Applying color principles fosters desired audience response. Warm colors tend to "move toward you" while cool colors tend to "move away from you." So a designer can use warm colors for emphasis and cool colors to minimize emphasis. Brighter colors attract our eyes first, and if overused, can cause visual confusion. Overusing a bright color as an accent reduces its effectiveness.
Emotional responses influence color considerations, and differences in color value and intensity can evoke very different emotional reactions. Light red is associated with cheerfulness, but bright or dark red can induce irritability. Light yellow-green is associated with freshness and youth, but the darker shade olive is associated with drabness and decay. Light sky blue is associated with tranquility, but the deeper value indigo is associated with depression.
Basically, in North American mainstream culture, the following meanings are signaled by color:
* Red: urgency, passion, heat, love, blood, excitement, strength, sex, passion, speed, danger * Yellow: warmth, sunshine, cheer, happiness, cowardice, brightness * Blue: truth, dignity, power, coolness, melancholy, heaviness, trust, reliability, belonging, coolness * Orange: playfulness, warmth, vibrant * Green: nature, health, cheerfulness, environment, money, vegetation, nature, fresh, cool, growth, abundance * Purple: wealth, royalty, sophistication, intelligence, royal, spirituality, dignity * Pink: soft, sweet, nurture, security * Black: sophistication, elegant, seductive, mystery, death, rebellion, strength, evil * White: purity, cleanliness, lightness, emptiness, pure, virginal, clean, youthful, mild * Gold: prestige, expensive * Silver: prestige, cold, scientific
[List above compiled from http://www.ergogero.com/FAQ/Part5/2Meaning.html and http://www.keysteps.com/Tips&Articles/feature3.htm]
Notice how a particular color may have both a positive and negative connotation? This emphasizes the importance of careful color selection and coordination.
Different cultures interpret colors differently, and a savvy Web designer can avoid disappointing results and costly re-works by some upfront cultural research. "White is the color of death in Chinese culture, but purple represents death in Brazil. Yellow is sacred to the Chinese, but signified sadness in Greece and jealousy in France. In North America, green is typically associated with jealousy. People from tropical countries respond most favorably to warm colors, people from northern climate prefer the cooler colors" according to Keysteps. [http://www.keysteps.com/Tips&Articles/feature3.htm]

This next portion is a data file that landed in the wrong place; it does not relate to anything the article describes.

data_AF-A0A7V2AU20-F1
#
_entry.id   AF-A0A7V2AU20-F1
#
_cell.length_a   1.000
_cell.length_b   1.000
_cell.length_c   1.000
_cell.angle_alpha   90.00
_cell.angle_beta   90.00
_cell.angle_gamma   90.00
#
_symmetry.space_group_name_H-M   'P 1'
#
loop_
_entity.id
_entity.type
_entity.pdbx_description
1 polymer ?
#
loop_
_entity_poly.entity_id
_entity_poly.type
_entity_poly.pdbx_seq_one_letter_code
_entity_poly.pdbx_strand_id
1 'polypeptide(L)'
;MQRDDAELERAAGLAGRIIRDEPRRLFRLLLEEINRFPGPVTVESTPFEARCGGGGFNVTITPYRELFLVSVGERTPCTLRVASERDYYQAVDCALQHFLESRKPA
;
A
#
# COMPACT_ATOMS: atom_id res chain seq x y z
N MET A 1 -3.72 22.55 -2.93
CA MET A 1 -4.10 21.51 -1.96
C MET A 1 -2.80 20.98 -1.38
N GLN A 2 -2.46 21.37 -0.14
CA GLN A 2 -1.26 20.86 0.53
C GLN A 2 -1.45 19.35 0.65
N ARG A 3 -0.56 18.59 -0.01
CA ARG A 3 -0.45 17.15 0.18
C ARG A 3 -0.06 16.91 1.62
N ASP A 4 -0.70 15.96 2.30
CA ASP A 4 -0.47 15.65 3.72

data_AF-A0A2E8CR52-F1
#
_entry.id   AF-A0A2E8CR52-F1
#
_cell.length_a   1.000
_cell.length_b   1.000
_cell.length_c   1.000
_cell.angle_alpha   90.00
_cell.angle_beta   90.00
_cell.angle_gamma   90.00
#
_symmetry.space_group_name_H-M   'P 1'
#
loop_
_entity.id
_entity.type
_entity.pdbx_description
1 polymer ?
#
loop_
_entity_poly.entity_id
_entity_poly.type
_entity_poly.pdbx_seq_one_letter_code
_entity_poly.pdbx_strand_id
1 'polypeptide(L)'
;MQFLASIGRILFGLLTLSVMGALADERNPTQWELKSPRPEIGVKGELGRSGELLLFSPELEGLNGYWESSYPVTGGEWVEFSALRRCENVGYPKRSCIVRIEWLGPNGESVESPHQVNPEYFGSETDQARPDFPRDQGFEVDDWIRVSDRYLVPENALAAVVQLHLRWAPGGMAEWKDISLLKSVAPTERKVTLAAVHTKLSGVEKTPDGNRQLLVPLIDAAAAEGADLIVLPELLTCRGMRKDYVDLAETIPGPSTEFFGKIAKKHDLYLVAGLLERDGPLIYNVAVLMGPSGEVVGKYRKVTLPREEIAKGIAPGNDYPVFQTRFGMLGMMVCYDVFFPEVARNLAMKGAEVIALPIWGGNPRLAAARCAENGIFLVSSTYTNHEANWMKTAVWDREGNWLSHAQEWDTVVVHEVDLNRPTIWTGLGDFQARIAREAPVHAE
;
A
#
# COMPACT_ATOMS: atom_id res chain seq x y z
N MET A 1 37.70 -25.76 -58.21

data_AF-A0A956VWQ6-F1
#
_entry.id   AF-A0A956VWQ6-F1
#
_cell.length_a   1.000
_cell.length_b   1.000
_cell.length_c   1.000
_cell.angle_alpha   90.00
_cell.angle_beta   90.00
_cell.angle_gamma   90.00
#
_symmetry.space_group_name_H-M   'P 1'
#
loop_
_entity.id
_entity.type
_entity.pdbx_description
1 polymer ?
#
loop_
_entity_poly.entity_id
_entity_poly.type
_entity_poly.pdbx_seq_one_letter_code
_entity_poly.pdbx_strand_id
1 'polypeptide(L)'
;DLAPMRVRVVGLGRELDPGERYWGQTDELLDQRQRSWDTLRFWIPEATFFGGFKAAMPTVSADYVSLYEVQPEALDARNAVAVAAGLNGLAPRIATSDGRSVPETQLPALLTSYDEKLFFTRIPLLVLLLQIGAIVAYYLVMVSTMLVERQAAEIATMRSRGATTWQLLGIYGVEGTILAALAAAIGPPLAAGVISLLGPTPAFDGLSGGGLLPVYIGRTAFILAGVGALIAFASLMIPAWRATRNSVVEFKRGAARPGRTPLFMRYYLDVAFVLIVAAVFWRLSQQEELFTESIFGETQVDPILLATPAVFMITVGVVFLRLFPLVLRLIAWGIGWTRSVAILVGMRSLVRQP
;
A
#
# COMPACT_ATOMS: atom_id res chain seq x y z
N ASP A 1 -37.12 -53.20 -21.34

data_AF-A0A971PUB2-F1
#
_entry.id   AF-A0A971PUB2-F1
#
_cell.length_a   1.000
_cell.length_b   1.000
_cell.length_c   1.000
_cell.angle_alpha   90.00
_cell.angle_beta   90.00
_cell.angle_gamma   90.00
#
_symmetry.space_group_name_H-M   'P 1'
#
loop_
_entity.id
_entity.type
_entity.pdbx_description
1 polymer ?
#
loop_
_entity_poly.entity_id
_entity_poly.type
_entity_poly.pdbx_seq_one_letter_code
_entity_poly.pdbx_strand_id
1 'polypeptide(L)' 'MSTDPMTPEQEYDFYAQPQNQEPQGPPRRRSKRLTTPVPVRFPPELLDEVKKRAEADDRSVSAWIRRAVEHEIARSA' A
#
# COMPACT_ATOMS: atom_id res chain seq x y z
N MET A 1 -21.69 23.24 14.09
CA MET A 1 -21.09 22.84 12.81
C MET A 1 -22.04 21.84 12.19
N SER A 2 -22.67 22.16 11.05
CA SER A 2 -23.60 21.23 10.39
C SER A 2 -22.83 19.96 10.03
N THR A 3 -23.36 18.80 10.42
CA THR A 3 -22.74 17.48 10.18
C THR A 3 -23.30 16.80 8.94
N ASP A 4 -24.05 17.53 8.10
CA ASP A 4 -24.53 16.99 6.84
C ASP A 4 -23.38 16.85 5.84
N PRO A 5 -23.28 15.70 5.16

Imagine the negative first impressions made by selecting a culturally offensive site color scheme. That's only one example of why it's time well-spent considering how color choices support a site's message, its target audience preferences and demographics.
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About the Author:
Maura "Chip" Yost's interest in computers began when she received a Commodore 64 for Christmas, which at the time she considered the electronic equivalent of a lump of coal. She worked for over 11 years as an employment specialist and workshop presenter, and holds an advanced degree in training.
You can reach Maura at: email@example.com
~~~~~~~~~~~~~~~~~~~~~~~~~~~~~~~~~~~~~~~~~~~~~~~~~~~~~~~~~~~~~~~~~~ 3. NET NEWS: VA Linux Snatches Andover.Net, AOL Sued Over Networking Bugs in AOL 5.0, House Passes Digital Signature Bill, Standards Body OKs Disabled Accessibility Guidelines, Web Standards Group Endorses XHTML
>VA Linux Snatches Andover.Net
Open source solutions giant VA Linux Systems Thursday snagged Linux community site Andover.Net for about $813 million in stock and cash. Goals for the merger including consolidating the Linux-oriented Websites of both networks to create a leading destination for open source developers, with nearly two-thirds of the total traffic of major open source sites. The consolidation will put the combined network into the top 100 Web destinations worldwide. http://www.internetnews.com/bus-news/article/0,1087,3_298871,00.html InternetNews.com, 000203
>AOL Sued Over Networking Bugs in AOL 5.0
America Online Inc. has been hit with a massive class-action lawsuit on behalf of subscribers who installed AOL version 5.0 and subsequently lost their ability to connect to other Internet service providers. The lawsuit, filed Jan. 31 in the U.S. District Court for Eastern Virginia, alleges that AOL (AOL) "fraudulently concealed" the fact that the latest version of its software could interfere with the operation of other software and Internet access settings. http://www.internetnews.com/isp-news/article/0,1087,8_298491,00.html InternetNews.cim, 000203
>House Passes Digital Signature Bill
The U.S. House of Representatives has approved a bill that would allow U.S. consumers to electronically sign their name over the Internet. Business lobbyists say that the bill will be a boon to large purchases (such as a car, boat or mortgage), but consumer advocates say that a lack of sufficient verification and protection processes will hurt the public. http://cnn.com/2000/TECH/computing/01/31/esignatures/index.html CNN.com, 000131
>Standards Body OKs Disabled Accessibility Guidelines
The World Wide Web Consortium (W3C) put its final stamp of approval on the Authoring Tools Accessibility Guidelines 1.0 (ATAG), proposed in November. The W3C's guidelines come as the consortium and the Web at large struggle with the issue of how to provide Web content that people with various visual and aural disabilities can access. For this purpose, the W3C maintains a separate division called the Web Accessibility Initiative (WAI). http://news.cnet.com/news/0-1005-200-1541412.html CNet.com, 000203
>Web Standards Group Endorses XHTML
In further standards news, the Web Standards Project (WaSP) Tuesday endorsed the W3C's Recommendation for XHTML, sending a message to browser makers that standards should remain a priority. http://www.internetnews.com/wd-news/article/0,1087,10_297951,00.html InternetNews.com, 000201
That's it for this week, see you next time.
Andrew King Managing Editor, WebReference.com firstname.lastname@example.org
Eric Cook Assistant Editor, WebReference.com email@example.com